This year’s reports from the College Board, Trends in College Pricing and Trends in Student Aid, found a substantial slowdown in sticker prices at four-year public universities, where the average 4.8 percent increase was the smallest rise in more than a decade.
However, tuition continues to increase faster than inflation and growth in family income, reflecting “the continued impact of a weakened economy as well as state funding that has not kept pace with the growth in college enrollments,” according to the reports’ authors.
Average net tuition and fees, after subtracting grant aid from all sources and federal education tax credits and deductions, is about $170 higher in 2011 dollars for public four-year college and university students than it was five years ago, but lower in all other sectors.
“All colleges and universities want to keep tuition affordable, and many have taken impressive steps to this end, whether by adopting new business models, exploring new technological advances for delivering education, or other means,” said ACE President Molly Corbett Broad in a statement released this morning. “These innovations are critical in helping students and families pursue their educational dreams. But without adequate support from state governments, we are fighting an uphill battle.”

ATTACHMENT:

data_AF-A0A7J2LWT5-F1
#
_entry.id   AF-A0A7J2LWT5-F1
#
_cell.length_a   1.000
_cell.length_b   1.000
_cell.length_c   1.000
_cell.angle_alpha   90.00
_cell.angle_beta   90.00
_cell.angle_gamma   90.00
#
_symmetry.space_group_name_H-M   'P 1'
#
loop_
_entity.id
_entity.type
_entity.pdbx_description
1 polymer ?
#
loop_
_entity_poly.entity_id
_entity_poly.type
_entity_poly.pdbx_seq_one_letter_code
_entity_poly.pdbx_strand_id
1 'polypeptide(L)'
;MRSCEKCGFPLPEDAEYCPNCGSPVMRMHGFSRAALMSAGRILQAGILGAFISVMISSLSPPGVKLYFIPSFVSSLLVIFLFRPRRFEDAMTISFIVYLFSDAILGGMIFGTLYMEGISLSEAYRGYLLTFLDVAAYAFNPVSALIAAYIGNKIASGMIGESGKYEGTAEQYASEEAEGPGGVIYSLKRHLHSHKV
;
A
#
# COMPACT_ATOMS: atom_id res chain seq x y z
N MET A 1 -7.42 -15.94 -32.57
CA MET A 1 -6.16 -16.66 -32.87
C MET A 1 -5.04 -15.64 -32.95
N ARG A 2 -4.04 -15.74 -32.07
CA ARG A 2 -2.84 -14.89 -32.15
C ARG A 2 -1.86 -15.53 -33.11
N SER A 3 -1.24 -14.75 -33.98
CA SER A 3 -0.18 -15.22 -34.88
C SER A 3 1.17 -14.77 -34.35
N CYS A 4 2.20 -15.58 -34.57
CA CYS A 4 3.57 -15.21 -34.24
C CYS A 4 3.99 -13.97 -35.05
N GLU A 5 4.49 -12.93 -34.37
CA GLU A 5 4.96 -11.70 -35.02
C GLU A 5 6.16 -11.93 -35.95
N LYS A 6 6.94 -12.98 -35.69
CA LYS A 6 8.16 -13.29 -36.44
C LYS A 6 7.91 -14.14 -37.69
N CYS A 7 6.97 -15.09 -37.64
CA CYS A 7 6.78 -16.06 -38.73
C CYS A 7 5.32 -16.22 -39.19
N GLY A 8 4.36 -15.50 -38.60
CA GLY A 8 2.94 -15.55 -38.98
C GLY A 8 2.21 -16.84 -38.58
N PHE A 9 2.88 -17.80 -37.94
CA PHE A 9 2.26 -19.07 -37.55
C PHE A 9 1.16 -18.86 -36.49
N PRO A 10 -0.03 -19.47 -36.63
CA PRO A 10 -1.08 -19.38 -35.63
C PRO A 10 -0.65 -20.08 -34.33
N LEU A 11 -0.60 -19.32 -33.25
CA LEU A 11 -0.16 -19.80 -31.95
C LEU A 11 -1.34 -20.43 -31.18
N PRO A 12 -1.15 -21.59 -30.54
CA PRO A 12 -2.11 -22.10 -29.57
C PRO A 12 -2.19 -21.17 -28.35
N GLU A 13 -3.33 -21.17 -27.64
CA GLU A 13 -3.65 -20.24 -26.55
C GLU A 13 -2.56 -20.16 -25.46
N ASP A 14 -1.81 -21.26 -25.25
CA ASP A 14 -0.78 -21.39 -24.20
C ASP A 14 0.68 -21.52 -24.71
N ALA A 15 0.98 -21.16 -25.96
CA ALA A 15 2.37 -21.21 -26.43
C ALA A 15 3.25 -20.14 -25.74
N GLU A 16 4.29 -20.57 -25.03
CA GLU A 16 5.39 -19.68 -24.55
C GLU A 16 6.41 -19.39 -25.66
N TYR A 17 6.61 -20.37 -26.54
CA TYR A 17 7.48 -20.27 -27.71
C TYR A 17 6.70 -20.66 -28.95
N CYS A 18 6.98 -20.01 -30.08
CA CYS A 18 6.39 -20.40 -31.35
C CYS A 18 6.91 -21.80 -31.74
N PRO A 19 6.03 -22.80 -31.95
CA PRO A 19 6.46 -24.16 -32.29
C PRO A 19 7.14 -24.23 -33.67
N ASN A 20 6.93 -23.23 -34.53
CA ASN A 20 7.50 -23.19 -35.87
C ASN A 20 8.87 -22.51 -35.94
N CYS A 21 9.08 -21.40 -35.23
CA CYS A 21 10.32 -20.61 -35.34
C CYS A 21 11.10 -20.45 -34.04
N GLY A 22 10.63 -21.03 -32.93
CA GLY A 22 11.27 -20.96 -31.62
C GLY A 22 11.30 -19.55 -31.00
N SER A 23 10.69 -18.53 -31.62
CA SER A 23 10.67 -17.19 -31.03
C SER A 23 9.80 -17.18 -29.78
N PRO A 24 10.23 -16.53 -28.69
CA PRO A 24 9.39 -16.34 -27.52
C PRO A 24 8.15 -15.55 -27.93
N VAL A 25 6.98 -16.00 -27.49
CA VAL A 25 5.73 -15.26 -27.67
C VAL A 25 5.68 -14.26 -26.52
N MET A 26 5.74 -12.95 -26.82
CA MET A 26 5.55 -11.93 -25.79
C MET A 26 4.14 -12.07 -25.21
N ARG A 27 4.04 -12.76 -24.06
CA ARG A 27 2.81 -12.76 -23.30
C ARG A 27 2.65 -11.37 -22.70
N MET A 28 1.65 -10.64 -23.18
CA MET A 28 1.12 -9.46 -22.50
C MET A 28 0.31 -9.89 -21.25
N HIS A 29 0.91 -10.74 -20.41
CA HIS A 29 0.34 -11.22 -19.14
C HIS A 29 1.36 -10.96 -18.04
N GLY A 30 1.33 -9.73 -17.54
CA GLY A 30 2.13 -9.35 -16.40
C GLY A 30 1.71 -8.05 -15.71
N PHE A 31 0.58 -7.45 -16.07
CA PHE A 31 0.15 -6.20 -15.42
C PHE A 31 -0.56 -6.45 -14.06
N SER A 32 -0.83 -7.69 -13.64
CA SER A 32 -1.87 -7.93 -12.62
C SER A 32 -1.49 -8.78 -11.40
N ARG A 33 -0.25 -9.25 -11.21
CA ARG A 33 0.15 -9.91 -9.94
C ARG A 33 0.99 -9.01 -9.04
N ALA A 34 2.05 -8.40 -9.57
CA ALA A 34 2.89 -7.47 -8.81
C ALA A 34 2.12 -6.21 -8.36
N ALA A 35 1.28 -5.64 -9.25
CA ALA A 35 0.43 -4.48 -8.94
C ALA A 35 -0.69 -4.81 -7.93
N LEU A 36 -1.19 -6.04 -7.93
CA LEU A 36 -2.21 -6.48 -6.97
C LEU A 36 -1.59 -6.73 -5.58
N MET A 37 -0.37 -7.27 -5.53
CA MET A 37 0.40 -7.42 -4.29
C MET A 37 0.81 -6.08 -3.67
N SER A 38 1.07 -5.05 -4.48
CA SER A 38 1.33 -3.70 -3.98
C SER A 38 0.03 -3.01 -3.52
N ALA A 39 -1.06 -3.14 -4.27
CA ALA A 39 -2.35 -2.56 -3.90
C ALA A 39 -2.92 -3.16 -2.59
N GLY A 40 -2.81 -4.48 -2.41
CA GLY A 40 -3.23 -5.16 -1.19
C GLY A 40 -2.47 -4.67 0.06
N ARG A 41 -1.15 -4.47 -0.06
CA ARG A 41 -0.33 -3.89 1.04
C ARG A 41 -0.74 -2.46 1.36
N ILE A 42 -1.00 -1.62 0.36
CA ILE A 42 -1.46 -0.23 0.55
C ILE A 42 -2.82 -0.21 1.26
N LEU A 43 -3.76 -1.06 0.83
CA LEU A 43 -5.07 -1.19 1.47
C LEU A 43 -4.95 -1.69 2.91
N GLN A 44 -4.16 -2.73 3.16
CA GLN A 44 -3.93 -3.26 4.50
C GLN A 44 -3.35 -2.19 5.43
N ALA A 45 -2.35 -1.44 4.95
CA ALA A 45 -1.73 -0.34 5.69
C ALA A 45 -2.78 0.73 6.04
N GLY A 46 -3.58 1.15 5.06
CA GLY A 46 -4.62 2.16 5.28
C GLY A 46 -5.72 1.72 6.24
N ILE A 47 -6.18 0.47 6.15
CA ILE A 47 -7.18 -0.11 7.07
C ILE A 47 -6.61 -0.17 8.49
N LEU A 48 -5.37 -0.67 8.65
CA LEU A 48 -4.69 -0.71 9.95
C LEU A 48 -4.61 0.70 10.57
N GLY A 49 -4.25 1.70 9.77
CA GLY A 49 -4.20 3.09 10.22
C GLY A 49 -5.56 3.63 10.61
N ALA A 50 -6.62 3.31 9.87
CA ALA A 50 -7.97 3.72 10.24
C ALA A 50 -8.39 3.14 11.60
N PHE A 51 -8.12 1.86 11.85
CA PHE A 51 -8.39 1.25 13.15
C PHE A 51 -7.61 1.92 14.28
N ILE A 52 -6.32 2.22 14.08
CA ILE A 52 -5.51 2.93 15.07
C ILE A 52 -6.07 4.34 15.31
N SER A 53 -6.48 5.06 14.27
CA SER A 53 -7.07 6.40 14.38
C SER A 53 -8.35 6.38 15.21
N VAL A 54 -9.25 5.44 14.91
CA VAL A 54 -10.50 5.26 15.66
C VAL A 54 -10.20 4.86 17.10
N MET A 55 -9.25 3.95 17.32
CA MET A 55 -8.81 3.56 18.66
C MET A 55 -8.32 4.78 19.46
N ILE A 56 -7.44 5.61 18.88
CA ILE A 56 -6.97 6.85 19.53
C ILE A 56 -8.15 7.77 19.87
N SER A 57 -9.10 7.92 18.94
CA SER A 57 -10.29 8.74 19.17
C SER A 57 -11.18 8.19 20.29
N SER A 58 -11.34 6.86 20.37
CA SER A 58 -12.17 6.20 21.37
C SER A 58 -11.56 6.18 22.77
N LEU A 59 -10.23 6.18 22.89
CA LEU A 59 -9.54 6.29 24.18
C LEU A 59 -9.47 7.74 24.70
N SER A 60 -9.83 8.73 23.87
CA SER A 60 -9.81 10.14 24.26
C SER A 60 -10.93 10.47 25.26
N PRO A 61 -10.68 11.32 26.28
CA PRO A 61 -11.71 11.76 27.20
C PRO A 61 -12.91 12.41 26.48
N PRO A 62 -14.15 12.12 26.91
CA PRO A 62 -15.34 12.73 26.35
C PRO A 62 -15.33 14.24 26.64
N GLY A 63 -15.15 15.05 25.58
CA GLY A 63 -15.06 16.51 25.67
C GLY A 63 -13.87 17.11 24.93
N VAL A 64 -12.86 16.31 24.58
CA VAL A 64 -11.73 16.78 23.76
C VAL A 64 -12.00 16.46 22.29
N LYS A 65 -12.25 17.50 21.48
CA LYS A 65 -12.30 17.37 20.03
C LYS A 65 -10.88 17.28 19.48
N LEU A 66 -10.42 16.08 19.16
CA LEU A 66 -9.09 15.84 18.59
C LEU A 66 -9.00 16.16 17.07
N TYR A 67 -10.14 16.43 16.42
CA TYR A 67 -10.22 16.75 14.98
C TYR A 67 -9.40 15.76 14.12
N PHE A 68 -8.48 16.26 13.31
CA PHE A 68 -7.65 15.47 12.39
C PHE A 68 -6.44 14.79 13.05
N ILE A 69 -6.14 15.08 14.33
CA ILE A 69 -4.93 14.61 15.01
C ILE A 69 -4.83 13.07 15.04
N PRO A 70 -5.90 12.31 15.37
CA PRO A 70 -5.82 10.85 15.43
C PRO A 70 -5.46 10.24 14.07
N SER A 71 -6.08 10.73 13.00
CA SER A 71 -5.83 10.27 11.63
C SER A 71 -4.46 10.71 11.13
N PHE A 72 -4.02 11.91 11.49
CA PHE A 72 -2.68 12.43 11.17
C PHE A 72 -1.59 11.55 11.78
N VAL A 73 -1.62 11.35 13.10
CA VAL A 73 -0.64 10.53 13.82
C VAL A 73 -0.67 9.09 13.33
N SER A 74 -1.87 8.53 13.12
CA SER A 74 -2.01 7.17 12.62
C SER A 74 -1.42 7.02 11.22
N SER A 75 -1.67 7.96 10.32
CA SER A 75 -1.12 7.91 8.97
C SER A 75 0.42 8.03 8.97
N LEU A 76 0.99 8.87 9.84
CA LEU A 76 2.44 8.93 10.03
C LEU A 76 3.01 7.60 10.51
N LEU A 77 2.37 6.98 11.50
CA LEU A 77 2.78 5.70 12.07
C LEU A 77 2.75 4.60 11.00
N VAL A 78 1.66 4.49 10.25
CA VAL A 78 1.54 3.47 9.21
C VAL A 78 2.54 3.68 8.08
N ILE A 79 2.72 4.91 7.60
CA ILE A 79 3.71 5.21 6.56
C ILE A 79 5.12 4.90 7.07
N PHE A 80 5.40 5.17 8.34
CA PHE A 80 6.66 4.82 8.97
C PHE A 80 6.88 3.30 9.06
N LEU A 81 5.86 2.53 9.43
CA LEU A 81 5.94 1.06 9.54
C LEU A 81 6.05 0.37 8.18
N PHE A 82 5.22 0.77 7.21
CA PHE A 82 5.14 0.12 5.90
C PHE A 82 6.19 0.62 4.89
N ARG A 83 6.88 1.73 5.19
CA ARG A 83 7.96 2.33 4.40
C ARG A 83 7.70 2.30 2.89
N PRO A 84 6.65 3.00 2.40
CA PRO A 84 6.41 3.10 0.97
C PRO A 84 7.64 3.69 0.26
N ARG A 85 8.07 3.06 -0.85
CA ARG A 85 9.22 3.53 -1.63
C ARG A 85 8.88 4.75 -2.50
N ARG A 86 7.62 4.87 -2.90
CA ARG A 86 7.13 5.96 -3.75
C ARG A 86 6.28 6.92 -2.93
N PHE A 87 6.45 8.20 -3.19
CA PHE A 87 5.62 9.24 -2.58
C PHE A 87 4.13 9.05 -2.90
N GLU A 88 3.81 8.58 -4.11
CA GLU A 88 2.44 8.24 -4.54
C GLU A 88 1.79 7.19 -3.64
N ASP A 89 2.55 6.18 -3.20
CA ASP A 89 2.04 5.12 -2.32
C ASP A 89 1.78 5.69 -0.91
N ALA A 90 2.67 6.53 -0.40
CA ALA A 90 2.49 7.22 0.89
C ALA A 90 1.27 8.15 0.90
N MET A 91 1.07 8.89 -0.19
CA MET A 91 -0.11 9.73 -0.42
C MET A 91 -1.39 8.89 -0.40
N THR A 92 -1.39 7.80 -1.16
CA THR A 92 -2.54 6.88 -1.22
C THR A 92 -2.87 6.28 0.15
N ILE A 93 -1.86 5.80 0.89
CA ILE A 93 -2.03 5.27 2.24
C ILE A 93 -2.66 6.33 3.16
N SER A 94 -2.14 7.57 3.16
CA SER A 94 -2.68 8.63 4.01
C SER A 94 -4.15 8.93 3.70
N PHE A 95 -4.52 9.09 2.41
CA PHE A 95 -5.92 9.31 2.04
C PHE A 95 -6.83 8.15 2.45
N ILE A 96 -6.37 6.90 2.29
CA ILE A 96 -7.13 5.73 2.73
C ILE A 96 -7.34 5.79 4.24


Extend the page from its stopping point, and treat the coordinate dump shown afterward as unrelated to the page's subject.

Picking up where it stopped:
For media coverage of the reports, see the following:
College Costs Going Up at Slower Rate
Inside Higher Ed
Report Says College Prices, Once Stable, Are Up Again
The New York Times
Sticker Prices Go Up at Public 4-Year Colleges, but at a Slower Pace
The Chronicle of Higher Education
College Price Hikes More Modest but Still Painful
The Associated Press (The Mercury-News)
U.S. Colleges Raise Tuition 4.8%, Outpacing Inflation